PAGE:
Namespaces are the way that .NET avoids name clashes between classes. They are designed to prevent situations in which you define a class to represent. a customer, name your class Customer, and then someone else does the same thing (a likely scenario – the proportion of businesses that have customers seems to be (quite high).
A namespace is no more than a grouping of data types, but it has the effect that, the names of all data types within a namespace are automatically prefixed with the name of the space. It is also possible to nest namespaces within each other. For example, most of the general-purpose .NET base classes are in_ a namespace called System. The base class Array is in this namespace, so its full name is System Array .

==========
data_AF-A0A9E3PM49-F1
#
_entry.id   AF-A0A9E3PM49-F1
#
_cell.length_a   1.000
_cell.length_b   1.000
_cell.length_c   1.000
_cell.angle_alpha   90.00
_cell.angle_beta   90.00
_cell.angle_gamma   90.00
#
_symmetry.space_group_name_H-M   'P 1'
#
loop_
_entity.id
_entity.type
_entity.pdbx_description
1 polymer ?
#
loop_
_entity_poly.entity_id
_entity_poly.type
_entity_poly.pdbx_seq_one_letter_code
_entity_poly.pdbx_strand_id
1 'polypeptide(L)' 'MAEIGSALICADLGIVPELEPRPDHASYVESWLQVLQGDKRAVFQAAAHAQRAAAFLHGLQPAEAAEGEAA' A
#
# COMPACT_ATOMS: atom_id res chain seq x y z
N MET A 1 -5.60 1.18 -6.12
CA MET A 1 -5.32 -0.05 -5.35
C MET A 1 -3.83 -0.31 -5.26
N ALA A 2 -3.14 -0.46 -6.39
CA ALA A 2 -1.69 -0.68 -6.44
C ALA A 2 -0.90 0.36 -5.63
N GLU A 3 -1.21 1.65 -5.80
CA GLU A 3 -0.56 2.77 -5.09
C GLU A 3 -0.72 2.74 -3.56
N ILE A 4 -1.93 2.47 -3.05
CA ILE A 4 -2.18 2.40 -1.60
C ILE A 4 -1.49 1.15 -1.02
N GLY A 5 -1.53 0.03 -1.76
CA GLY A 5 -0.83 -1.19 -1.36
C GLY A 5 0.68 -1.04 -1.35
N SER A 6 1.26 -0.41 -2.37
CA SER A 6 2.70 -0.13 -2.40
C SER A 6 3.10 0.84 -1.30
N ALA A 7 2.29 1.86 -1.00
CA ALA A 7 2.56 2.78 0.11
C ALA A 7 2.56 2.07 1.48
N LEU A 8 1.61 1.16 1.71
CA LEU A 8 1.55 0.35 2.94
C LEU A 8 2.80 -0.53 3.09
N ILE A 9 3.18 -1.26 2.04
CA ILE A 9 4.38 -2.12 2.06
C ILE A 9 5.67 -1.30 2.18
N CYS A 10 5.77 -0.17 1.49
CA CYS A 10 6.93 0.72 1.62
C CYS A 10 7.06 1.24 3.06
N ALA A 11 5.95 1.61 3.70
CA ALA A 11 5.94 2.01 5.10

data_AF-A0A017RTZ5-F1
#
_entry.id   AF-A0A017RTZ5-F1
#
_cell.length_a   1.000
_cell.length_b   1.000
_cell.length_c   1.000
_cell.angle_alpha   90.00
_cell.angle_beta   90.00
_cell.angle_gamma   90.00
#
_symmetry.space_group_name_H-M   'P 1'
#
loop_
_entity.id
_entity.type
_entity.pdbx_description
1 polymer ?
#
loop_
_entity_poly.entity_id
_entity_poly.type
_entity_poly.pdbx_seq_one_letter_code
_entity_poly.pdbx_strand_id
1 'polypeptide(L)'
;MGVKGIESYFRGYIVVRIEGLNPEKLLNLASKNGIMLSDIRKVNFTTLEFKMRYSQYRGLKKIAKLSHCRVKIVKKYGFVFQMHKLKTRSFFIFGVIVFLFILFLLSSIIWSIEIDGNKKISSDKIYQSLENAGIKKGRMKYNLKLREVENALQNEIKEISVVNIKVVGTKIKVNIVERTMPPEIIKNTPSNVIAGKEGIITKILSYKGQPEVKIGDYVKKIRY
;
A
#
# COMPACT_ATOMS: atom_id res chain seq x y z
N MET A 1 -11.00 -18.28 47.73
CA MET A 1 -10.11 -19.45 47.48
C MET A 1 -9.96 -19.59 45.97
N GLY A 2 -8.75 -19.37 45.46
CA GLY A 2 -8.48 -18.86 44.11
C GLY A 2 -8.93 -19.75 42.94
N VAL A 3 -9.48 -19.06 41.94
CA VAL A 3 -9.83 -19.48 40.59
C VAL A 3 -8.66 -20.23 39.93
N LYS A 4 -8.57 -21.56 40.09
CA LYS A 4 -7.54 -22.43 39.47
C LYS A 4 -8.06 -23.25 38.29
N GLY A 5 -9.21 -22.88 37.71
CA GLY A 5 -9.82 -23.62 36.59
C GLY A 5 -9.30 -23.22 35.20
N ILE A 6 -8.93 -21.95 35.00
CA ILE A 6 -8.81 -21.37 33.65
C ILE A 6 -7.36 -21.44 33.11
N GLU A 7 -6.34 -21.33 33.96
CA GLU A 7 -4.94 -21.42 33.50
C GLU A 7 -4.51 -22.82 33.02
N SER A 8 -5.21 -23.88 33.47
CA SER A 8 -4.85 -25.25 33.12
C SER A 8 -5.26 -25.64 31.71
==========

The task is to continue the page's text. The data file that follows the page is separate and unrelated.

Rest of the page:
.NET requires all types to be defined in a namespace; for example, you could place your Customer class’ in a namespace called YourCompanyName.
This class would have the full name YourCompanyName Customer.
If a namespace is not explicitly supplied, the type will be added to a nameless global namespace.
Microsoft recommends that for most purposes you supply at least two nested namespace names: the first one represents the name of your company, and the second one represents the name of the technology or software package of which the class is a member, such as YourCompanyName. Sales Services Customer.